An oft-made statement in discussions of gender equality in the church is something along the lines of, “I’ve never felt unequal.” (Or, if the speaker is male, “My wife/daughters/sisters have never felt unequal.”) Sometimes there’s a barb in it: “I’ve never felt unequal, so why do you? What’s wrong with your testimony?” But more often than not, I think it’s simply an honest account of a person’s experience, combined perhaps with a bafflement that other women have the concerns they do.
While I want to respect the legitimacy of people’s varying experiences, I have a problem with equality being discussed in the framework of “feeling.” I don’t think equality is best understood in terms of subjective experience. If nothing else, it shuts down conversation—“I feel equal” is countered with “I feel unequal,” and it becomes a situation of people essentially bearing their testimonies of equality / inequality at each other. But equality is more than an inner state of being. It’s a question that can be considered empirically.
And I would say that there really is no question that men and women are not equal in the LDS church. I could make a very long list, but just a few examples:
—To start with the obvious, women do not have equal opportunity to hold the priesthood. This means that they also don’t have equal opportunity to experience the spiritual growth that can come from holding the priesthood.
—Women do not have an equal voice in church government. In addition, women aren’t equally necessary in the ecclesiastical sphere. (You can have a ward of all men, but not all women.)
—Women are not equally represented in scripture.
—In temple covenants, women do not have an equally direct line to God, but are a step removed.
—Woman do not have equal access to divine role models of their own gender.
I imagine that at this point someone is going to helpfully suggest that I’m confusing equality with sameness. I would refer you to Melyngoch’s excellent post, “Actually, sameness and equality have a lot in common,” particularly this point:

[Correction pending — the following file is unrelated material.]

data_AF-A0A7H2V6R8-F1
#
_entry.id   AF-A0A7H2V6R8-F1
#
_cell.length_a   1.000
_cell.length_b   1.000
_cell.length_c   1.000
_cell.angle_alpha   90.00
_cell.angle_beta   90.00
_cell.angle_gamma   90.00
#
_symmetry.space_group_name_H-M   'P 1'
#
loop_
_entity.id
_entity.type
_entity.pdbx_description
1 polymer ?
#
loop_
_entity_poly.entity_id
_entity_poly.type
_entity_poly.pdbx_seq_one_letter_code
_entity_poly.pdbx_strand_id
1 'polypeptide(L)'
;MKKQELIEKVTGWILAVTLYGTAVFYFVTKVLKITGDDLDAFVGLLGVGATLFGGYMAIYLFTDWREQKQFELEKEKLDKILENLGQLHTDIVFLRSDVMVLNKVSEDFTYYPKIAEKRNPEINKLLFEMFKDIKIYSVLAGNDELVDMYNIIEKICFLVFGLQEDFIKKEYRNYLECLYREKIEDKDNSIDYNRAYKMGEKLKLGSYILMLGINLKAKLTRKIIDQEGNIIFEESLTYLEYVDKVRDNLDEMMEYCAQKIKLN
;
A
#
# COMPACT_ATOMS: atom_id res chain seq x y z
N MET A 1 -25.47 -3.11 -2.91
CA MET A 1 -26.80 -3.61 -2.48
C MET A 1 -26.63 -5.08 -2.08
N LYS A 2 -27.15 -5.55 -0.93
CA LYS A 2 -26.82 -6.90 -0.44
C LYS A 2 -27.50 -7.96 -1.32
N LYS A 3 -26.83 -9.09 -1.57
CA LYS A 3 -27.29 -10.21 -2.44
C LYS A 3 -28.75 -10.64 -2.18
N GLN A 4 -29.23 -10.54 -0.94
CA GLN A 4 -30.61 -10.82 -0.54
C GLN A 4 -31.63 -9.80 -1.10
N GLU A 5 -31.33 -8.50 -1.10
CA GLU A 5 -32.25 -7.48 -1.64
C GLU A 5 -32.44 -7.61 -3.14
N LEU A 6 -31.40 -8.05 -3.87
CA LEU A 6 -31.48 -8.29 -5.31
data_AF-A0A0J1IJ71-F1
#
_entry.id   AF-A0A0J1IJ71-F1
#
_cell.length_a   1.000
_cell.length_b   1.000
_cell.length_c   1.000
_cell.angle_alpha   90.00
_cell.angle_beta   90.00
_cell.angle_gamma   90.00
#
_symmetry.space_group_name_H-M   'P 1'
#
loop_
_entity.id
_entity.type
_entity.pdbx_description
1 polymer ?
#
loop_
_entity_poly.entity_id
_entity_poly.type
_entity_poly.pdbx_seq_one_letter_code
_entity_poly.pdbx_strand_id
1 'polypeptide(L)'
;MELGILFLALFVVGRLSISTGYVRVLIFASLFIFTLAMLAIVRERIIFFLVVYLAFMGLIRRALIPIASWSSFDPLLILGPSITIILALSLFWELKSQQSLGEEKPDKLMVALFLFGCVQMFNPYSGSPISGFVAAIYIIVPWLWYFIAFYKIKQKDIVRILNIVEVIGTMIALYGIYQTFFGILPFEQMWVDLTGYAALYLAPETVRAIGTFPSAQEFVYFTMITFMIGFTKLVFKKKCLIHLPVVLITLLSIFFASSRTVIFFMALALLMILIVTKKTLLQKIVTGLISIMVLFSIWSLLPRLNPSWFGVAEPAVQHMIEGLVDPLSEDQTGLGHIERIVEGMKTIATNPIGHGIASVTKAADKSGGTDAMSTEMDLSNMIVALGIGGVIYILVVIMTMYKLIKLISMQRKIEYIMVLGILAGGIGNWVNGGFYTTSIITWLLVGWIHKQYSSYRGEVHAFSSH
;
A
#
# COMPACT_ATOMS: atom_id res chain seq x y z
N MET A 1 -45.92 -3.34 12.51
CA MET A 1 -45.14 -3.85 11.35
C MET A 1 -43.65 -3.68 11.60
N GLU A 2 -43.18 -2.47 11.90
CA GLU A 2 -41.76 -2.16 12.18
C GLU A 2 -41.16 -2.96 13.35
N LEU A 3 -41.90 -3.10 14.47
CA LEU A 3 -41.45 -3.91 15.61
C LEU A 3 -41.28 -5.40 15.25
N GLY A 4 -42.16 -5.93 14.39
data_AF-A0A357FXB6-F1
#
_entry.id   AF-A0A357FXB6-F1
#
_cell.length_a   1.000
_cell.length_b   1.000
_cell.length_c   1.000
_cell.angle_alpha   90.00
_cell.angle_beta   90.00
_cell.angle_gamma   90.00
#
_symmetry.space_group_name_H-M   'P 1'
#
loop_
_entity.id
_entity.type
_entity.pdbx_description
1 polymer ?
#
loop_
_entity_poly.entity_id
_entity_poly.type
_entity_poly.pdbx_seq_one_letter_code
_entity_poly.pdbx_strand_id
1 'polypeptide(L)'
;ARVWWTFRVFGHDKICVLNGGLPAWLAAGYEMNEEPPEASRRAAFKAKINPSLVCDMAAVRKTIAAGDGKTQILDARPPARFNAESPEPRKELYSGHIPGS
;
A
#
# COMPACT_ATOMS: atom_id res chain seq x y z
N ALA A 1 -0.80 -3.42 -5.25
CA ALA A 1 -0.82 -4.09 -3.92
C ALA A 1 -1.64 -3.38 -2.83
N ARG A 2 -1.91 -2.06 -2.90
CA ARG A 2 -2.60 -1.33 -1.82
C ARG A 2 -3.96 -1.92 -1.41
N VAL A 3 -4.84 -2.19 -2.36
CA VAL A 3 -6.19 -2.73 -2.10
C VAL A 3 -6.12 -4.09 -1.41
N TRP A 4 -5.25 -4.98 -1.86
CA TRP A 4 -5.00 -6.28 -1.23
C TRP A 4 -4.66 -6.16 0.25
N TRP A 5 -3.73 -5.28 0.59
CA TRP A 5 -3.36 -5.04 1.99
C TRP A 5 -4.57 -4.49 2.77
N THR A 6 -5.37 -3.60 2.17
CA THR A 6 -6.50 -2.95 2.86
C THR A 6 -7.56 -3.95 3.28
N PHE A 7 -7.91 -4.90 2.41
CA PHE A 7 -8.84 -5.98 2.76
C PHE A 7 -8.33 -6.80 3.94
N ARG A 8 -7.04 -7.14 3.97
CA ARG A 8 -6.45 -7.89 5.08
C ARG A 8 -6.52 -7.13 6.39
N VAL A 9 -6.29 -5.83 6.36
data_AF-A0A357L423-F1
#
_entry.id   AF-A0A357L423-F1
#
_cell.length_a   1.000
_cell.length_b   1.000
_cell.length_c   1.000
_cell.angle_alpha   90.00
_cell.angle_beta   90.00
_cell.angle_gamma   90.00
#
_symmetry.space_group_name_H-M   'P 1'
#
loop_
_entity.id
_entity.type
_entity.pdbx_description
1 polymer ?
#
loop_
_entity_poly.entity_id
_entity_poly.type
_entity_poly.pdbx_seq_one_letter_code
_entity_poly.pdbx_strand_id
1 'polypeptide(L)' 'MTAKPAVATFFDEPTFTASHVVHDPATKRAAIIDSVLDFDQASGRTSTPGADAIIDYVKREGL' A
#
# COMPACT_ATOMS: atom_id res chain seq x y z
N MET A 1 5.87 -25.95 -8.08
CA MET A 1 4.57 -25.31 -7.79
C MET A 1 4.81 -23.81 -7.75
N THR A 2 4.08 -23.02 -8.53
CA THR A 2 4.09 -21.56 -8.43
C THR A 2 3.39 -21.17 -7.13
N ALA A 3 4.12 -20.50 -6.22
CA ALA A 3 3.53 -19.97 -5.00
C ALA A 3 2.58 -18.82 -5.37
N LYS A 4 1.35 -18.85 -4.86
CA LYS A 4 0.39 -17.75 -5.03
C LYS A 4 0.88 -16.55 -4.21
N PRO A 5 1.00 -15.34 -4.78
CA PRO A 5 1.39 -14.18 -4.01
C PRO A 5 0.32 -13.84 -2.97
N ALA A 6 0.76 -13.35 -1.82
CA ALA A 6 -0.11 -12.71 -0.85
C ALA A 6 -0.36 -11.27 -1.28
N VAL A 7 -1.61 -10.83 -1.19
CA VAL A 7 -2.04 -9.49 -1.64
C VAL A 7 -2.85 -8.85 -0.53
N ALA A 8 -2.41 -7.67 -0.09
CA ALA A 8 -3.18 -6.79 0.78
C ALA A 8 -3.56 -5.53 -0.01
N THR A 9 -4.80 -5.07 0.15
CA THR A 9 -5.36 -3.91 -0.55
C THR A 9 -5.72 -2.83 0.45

And in order for women to be structurally equal to men in the Church, yes, I’m afraid we’re going to have to expect some increased sameness. Equality of opportunity and equality of treatment require that one party isn’t denied opportunities that the other is given, that one party isn’t regularly treated differently from the other: both are treated the same unless there’s a compelling reason rooted in real differences between the two parties to justify a difference.
My sense is that when women say, “I feel equal,” they’re expressing something along the lines of, “this set-up works for me, it brings positive things into my life, it doesn’t make me feel less valued or important.” This can lead to a framing of the problem as one of self-esteem: if women knew how important they were, so this argument goes, they wouldn’t chafe at (apparent) inequalities. Feminists, then, are deficient in that they lack this vital understanding.
But I would argue that the question at stake isn’t actually whether men and women are equal—because it seems fairly clear to me they’re not—but whether the inequalities are harmful. I, doubtless, unsurprisingly, would argue that they are, that they limit women’s potential in a number of ways, and in some instances are downright spiritually destructive. I think there are ways in which men are also harmed by the inequalities; for example, they are all too often described as spiritual handicapped (the familiar “men need the priesthood to be as good as women naturally are.) But regardless, I think equality has to be more than a feeling if it’s going to be a serious subject of discussion.
- 13 December 2012